The Roadmap: Sandy Bridge in 2011

Like Bloomfield, Gulftown may end up having a relatively long lifespan at the top of the charts. Below is Intel’s current desktop roadmap through the beginning of 2011. You’ll notice that when Sandy Bridge arrives, it’s going to be limited to two and four core configurations. Performance per core will improve, but it doesn’t look like we’ll see an ultra high end version of Sandy Bridge until at least Q2 or Q3 of next year.


A wafer of Gulftown

The verdict isn’t out on whether or not Sandy Bridge will require a new motherboard. It is possible to make the chip work in existing LGA-1156 motherboards, but that requires additional validation that Intel may not be willing to commit to at this point. The decision isn’t final yet and Intel is telling its partners to expect a new chipset (6-series) and thus new motherboards to support the chip at this point.

The next point of interest is the Core i7 970, which is apparently a cheaper Gulftown due out next quarter. It slots in above the Core i7 960 and 870, meaning it may be priced somewhere in the $600 - $900 range. The very first Extreme Edition carried a $740 price tag. I’d guess that we’d see a 3.2GHz default clock speed on that part.


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  • cactusdog - Thursday, March 11, 2010 - link

    This wont be the only i7 6 core desktop CPU. Intel are being sneaky to milk the market. There will be another one or possibly 2 at mainstream prices. The cheapest Xeon gulftown is only $400 (2.26Ghz) so why would Intel ignore desktop when X58 boards will happily run a Xeon? Reply
  • GourdFreeMan - Thursday, March 11, 2010 - link

    That strategy could just as well backfire on Intel. If you have to wait six months for the other hexacore desktop Gulftowns, you might as well forgo Gulftown entirely and wait a year to fifteen months for hexa/octocore Sandy Bridge. The new AVX instructions in Sandy Bridge are likely to have a far broader impact on performance in terms of software anyway... Reply
  • Triple Omega - Thursday, March 11, 2010 - link

    Well I hope you're right. As right now it looks like even Sandy Bridge releasing at least 26 months after the 920 will still have only 4 cores maximum. Not much of a replacement.

    Also, did anyone notice they broke their own Moore's-Law rule? The 980X only has 1,6 times the transistors of it's predecessor.
    Reply
  • DrMrLordX - Friday, March 12, 2010 - link

    As I posted above:

    http://en.wikipedia.org/wiki/List_of_future_Intel_...">http://en.wikipedia.org/wiki/List_of_fu...rocessor...

    Reply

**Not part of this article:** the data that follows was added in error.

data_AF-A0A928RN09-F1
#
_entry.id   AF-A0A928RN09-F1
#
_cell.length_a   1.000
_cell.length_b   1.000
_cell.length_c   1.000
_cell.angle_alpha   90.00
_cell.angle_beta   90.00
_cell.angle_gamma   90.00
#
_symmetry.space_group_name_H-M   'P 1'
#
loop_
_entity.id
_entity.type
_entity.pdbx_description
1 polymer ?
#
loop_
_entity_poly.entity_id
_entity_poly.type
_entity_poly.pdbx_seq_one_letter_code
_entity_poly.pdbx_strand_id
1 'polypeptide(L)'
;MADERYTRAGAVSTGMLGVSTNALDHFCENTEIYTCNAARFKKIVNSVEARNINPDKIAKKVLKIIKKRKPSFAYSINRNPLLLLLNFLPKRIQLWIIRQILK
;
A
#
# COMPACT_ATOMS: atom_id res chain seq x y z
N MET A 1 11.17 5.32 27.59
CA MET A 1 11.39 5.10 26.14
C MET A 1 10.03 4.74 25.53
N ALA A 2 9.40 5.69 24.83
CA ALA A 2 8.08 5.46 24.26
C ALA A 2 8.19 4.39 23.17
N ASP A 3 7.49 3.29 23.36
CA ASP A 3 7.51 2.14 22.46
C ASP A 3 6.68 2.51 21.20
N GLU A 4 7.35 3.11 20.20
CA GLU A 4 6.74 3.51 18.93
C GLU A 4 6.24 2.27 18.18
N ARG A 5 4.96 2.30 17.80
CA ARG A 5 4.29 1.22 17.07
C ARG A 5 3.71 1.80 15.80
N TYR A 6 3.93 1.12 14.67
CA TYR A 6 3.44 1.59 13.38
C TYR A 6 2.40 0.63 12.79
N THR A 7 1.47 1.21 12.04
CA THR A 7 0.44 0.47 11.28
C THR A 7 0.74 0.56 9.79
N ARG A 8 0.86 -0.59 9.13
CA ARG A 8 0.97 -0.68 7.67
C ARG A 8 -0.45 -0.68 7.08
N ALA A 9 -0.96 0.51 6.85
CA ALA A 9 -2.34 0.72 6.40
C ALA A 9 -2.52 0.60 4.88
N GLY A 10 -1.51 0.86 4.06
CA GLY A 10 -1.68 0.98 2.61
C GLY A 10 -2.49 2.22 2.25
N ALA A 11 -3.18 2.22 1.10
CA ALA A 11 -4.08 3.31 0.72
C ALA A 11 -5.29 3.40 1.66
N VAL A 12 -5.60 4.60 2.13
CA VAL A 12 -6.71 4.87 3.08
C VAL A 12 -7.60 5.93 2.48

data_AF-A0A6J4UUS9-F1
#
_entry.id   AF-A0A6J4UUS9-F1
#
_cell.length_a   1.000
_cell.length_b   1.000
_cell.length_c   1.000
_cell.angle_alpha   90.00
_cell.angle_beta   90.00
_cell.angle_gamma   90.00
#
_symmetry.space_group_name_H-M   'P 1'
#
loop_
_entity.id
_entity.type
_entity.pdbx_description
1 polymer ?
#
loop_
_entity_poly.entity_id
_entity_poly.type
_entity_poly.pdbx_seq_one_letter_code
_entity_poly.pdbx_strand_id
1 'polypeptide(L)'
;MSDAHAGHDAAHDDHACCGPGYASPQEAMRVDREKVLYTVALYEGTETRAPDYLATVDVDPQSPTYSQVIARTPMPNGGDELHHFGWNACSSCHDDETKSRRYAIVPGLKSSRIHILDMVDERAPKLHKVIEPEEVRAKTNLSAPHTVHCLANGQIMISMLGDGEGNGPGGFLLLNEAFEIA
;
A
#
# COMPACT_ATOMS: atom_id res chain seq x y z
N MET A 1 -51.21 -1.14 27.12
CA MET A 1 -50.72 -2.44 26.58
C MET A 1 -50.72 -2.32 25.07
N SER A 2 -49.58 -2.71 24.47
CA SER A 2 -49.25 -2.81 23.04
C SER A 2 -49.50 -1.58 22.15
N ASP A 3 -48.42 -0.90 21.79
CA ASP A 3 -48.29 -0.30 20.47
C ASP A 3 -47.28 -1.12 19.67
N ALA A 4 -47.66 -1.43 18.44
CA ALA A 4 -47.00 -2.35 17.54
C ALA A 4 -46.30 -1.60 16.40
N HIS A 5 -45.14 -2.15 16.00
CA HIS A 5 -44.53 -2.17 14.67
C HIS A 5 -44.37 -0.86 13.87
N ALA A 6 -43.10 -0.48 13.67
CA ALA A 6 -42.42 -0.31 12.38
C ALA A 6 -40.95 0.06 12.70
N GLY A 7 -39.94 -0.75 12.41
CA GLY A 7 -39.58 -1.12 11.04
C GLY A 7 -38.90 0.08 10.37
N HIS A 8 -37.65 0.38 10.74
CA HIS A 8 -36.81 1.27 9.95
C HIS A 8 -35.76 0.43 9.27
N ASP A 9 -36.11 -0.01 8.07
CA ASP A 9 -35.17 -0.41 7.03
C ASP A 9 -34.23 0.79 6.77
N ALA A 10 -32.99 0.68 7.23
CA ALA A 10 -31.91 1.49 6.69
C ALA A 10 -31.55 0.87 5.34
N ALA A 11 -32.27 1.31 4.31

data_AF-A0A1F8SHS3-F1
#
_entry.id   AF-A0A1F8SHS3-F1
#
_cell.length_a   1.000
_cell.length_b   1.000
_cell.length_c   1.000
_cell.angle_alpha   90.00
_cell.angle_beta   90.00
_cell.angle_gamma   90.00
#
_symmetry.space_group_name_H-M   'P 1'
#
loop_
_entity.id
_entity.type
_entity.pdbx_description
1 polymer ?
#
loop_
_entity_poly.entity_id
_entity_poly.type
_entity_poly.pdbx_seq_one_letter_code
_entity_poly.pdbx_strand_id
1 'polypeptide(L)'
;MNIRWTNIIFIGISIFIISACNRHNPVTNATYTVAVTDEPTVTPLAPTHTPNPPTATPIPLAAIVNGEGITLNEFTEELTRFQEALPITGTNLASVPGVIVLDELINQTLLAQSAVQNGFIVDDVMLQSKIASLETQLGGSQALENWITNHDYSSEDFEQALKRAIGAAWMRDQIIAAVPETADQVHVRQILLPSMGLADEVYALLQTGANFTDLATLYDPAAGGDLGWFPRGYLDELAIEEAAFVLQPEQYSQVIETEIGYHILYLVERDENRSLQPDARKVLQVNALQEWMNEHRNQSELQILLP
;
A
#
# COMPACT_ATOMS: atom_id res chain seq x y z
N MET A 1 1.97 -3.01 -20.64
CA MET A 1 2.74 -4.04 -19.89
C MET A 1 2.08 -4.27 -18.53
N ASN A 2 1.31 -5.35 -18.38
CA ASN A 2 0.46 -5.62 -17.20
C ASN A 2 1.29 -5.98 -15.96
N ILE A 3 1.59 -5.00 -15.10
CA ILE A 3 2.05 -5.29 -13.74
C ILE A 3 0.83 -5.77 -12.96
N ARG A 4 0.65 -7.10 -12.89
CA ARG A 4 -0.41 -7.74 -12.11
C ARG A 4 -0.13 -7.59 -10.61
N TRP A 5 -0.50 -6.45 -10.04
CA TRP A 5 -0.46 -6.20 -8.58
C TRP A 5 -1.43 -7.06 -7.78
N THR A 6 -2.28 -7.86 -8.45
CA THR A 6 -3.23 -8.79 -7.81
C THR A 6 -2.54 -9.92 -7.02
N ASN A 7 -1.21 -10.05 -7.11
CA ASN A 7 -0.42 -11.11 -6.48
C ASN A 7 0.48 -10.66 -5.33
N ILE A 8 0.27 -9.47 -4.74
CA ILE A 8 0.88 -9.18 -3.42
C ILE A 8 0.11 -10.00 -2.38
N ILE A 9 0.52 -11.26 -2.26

• JumpingJack - Thursday, March 11, 2010 - link

    "Also, did anyone notice they broke their own Moore's-Law rule? The 980X only has 1,6 times the transistors of it's predecessor. "

    You have a fundamental misunderstanding of Moore's Law, this is not unexpected because it is often misquoted or misrepresented in the less technically oriented press. The proper way to state Moore's law is the transistor count will double roughly every two years for the same die size, or for the same transistor count the die size will half. Yet the best way is to simply say the transistor density (transistor/unit area) will double.

    You can check the 32 nm adherence to Moore's law by following up on the technical presentations that float around the web, Intel published their IEDM 2009 32 nm stuff:
    Also, did anyone notice they broke their own Moore's-Law rule? The 980X only has 1,6 times the transistors of it's predecessor.
    http://download.intel.com/technology/architecture-...">http://download.intel.com/technology/ar...-silicon...

    See the scaling for gate pitch or SRAM cell size slides 5 and 6, they are clearly falling right on the Moore's law path.

    This is not by accident, a linear scaling factor of 0.7 when squared is 0.49 or roughly 0.5 i.e. half the area, this factor is chosen to get double the transistor density each technology node.
    Reply
  • talonz - Thursday, March 11, 2010 - link

    "Moore's Law" refers to density, not actual transistor count. Anyone can build a big chip. Reply
  • tterremmotto - Thursday, March 11, 2010 - link

    Actually, Moore's law has nothing to do with density nor speed. It was about price.

    Moore's "observation" simply stated that the price per transistor halves every 18 moths. Wether that is due to density increases or process advancement is not a necessity.

    Never an observation has been so misunderstood, and yet have such a fantastic side effect.
    Reply
  • JKflipflop98 - Thursday, March 11, 2010 - link

    Actually, Moore's law is all about transistor density. I know. I see it everyday in the halls, in the elevator, at my desk, in the cleanroom. . . Reply
  • JumpingJack - Thursday, March 11, 2010 - link

    He has a small point, Moores Law is just an obseravtion of the rate of shrinkage over time, the phenomena is driven by the economy of scale.

    Jack
    Reply
  • softdrinkviking - Thursday, March 11, 2010 - link

    where are you getting your xeon pricing info from?

    all i can find from any solid source is the current xeon quad core processors which are running about $2000 on newegg at the moment.

    xeons have always carried a premium for the intel dual processor support, and imho, a cheaper xeon is going to be more "enterprise" oriented and not be a real upgrade for the home x58 platform.

    again, this is pure speculation, but i think we are going to be stuck with our current i7 stuff until intel decides to do a 32 nm refresh on the home line up.
    basically, what i'm trying to say is that i think any xeon capable of creaming an i7 930 is going to be WAY more expensive than the 980x gulftown on display here.
    Reply

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